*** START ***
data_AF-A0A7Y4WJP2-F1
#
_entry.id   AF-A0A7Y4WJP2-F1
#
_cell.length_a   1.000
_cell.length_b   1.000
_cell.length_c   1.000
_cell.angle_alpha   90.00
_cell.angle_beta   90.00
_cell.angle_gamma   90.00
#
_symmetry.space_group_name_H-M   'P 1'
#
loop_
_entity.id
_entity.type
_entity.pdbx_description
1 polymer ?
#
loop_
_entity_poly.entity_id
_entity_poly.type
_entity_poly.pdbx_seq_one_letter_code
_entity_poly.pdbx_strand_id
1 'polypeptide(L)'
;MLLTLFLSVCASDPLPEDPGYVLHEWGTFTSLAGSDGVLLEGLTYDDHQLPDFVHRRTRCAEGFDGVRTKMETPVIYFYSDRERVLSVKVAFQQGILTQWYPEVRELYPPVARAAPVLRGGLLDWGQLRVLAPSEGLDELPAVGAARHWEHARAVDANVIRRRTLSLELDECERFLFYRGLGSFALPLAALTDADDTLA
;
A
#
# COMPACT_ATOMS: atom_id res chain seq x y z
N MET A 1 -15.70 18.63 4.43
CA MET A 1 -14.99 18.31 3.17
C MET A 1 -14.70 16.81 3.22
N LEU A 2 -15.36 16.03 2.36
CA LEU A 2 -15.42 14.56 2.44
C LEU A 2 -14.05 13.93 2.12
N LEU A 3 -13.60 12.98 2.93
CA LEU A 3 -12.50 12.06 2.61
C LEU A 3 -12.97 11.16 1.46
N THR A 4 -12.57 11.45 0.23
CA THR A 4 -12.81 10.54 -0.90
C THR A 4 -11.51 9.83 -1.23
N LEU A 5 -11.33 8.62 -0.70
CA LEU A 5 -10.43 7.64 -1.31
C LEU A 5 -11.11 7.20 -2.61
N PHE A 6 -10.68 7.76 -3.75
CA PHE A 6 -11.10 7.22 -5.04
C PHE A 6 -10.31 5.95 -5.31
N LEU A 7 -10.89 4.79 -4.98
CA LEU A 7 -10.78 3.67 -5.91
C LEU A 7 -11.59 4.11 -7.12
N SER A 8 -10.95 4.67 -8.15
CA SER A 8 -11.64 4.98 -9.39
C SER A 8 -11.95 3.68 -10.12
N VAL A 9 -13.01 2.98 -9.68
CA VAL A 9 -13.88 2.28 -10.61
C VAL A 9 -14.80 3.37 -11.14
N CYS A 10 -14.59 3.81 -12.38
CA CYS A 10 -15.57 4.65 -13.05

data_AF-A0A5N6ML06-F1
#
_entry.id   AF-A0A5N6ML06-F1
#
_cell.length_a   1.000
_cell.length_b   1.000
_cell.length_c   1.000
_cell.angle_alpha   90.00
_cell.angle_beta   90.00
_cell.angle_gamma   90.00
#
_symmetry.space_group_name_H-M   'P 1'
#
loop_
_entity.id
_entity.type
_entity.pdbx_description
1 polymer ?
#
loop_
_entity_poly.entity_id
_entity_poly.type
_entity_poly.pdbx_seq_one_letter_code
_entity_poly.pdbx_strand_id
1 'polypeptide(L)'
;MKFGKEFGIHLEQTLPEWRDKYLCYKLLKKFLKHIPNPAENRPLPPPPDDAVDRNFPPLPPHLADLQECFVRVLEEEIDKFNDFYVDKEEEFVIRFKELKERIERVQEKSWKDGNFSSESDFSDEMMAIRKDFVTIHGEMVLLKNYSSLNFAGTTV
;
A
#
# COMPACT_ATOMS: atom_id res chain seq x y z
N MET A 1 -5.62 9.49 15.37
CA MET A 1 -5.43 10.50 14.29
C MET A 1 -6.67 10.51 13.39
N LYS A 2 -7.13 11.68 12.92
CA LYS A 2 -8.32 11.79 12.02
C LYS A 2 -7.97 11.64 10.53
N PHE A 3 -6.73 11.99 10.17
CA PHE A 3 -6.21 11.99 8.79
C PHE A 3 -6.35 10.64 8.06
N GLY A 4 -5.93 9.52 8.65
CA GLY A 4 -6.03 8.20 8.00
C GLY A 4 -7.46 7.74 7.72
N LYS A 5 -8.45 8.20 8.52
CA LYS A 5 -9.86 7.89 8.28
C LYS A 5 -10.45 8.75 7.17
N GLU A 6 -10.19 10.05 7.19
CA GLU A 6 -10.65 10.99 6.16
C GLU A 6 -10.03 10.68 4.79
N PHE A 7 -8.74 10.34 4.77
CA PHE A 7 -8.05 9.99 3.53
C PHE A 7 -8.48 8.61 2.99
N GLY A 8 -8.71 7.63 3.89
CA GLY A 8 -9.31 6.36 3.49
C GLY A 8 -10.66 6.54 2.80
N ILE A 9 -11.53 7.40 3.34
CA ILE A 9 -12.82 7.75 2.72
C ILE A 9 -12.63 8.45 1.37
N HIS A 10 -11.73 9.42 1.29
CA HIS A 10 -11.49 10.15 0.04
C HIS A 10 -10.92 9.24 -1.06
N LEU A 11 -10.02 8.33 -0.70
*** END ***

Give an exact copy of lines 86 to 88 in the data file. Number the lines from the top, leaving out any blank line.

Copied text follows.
;
A
#